Now, a lot of people will say, this will end badly that this is going to cause inflation. And I’m a hundred percent in the camp that this will cause inflation. If the government continues, the whole point of this is for the government to take up enough slack to create inflation. But the thing is that everyone assumes that we are going back to the old kind of, as soon as COVID is over. And as soon as this thing’s over, we’re going to go back to the old guard. You know, the old way of doing things, trying to fix everything with monetary means.

And I contend that the COVID was a switch, and it was a switch in terms of how people think about the economy, how, you know, we were going to F you know, deal with things. And what’s going to happen is that in the past, we had basically four decades of disinflation, meaning lower and lower inflation. I think that we’re going to have the exact opposite we’re going to have for decades. Well, maybe not for decades, but we’re going to have many years, probably decades of inflation going up, which is going to mean a lot of changes to people’s investment portfolios and how they deal with things.

If you think about how, you know, most investors have set up their portfolios right now, you know, the typical strategy of 60% equities, 40% bonds is going to get crushed, because the reality is that as inflation comes up, whereas those bonds used to be a balanced for your portfolio. They could actually become a, you know, an anchor as opposed to a ballast and going back to like, you know, there’s a real estate show. When I think about what you need to own, you need to own real assets and in an inflation environment.

So to me, yes, I understand that the cap rates are extremely low and it’s scary in terms of real estate, but at the end of the day, they’re still real assets. And so to me, a lot of different parts of real estate are very attractive.

Jesse (11m 42s): Yeah, that’s interesting. So there’s, there’s a lot to unpack there. So why don’t we first, from a definition standpoint, monetary monetary policy, we’re talking about the central banks basically changing the interest rates, setting interest rates, and guiding the economy from a macro perspective, using those tools, as opposed to fiscal policy, we’re talking about governments asked actually using policies, whether it’s spending taxing and the like, and what, what you’re saying, you know, if I hear you correctly, as we started getting really much more heavy into that, as a result of COVID something we haven’t, haven’t done for a long time.

And I think you, you somewhat alluded to liquidity trap that we were, that we were kind of in, at a certain point where we were putting rates lower and lower and lower. And at a certain point, you can’t go any farther. You can’t, you can’t have that mechanism work any further. I wanna, I want to just pause there and talk a little bit about what you just said. Cause I remember in March where we were started getting into this and there was talk again, just, just like back in a way to nine about quantitative easing and basically, you know, the government using that as a method to lower rates and increase and create stimulus.

And a lot of people talk about that and there, you know, if you remember it, oh eight oh nine, all the articles that came out about how this is going to cause hyperinflation, you know, and then, and then all the subsequent articles that went, why didn’t it cause inflation? So maybe for listeners, you can kind of just talk a little bit about what quantitative easing, what the, what the purpose of it was and then how, in your opinion, I guess how we perhaps didn’t rely on that this time around.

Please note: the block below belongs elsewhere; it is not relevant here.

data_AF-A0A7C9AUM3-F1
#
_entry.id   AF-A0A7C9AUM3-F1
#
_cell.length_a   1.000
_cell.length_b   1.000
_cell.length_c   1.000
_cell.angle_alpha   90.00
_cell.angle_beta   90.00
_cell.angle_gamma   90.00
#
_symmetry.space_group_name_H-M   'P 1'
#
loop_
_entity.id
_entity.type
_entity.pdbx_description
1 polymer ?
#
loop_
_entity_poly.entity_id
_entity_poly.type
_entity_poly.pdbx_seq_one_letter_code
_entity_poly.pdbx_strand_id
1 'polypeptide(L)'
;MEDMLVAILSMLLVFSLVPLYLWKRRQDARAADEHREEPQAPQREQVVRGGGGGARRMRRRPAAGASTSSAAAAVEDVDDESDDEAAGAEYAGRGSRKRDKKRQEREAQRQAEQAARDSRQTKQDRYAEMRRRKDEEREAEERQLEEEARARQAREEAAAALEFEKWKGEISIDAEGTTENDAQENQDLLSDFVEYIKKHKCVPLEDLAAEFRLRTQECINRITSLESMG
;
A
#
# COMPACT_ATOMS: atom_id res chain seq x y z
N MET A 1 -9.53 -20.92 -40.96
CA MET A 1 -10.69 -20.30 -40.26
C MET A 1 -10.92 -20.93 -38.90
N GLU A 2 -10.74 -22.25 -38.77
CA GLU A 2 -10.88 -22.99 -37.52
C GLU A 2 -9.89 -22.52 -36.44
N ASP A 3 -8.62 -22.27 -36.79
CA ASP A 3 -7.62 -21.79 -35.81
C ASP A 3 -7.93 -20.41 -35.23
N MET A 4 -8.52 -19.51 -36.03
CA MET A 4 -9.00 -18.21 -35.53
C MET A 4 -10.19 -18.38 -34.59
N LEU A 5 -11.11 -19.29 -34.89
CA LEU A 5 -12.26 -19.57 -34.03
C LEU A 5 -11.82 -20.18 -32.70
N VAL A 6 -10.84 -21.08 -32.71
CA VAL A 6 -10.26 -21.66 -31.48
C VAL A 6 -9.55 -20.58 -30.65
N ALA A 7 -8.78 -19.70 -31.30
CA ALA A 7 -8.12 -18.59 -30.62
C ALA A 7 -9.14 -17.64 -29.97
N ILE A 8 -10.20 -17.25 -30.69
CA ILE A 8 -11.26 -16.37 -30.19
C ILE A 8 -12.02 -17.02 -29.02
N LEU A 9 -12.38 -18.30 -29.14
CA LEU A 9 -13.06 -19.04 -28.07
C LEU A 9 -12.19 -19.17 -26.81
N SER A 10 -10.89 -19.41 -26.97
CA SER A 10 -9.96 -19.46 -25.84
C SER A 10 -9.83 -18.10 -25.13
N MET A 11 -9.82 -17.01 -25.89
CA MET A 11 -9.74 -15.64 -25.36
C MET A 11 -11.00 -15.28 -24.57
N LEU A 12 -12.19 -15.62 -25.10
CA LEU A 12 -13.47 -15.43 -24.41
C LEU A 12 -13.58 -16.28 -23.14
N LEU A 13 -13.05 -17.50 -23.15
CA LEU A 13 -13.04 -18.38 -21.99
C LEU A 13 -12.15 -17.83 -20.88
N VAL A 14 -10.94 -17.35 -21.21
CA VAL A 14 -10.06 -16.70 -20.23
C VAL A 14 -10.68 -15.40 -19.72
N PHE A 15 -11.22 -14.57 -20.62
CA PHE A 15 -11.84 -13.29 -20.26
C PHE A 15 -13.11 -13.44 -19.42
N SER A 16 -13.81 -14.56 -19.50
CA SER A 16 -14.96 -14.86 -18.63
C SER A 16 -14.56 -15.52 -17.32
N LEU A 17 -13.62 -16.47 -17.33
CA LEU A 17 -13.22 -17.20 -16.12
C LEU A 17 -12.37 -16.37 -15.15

Kevin (13m 28s): Okay. Sure. Well, we still did it, so it’s not like we didn’t rely on it, but we did it on top of something else. And so Jesse, you nailed it in 2008, they went and Ben Bernakie was in charge of the federal reserve and he went and did the first quantitative easing and quantitative easing for those who aren’t aware, it’s basically easing by buying a certain quantity of bonds. So the federal reserve goes out into the marketplace and they buy, you know, let’s say 50 billion a month of bonds of this duration.

And the idea behind that is that they’re buying bonds and putting liquidity out in of the system and that liquidity, then we’ll go in the economy, we’ll use it and we’ll create kind of economic prosperity and it’ll create inflation. So that was the, the idea. And so they started off with quantity easing program, number one, and then it, they tried, it seemed to be settled down the market and then it, they pulled off. And next thing they know the economy went into tail dive again a little bit.

And so they did quantitative easing number two, and then they tried something called operation twist, which was when they sold the front end of the curve and bought the long end it’s technical doesn’t really matter. And then he did quantitative easing number three. So along this way, he’s doing all these different extraordinary. And at one point a bunch of really smart economist, Margaret money managers, just market pundits, took out a full page ad in the wall street journal.

And it was an open letter to Ben. Bernakie telling them how these policies were terrible. They were going to call this hyperinflation is going to be the end of the dollar and Bernacchi just kind of kept doing it. And so now the question is, why didn’t it cause inflation, I would contend it did cause inflation. It caused acid inflation, financial asset inflation, but why didn’t it cause regular inflation? So let’s go through here and think about what happens when the government goes and buys bonds.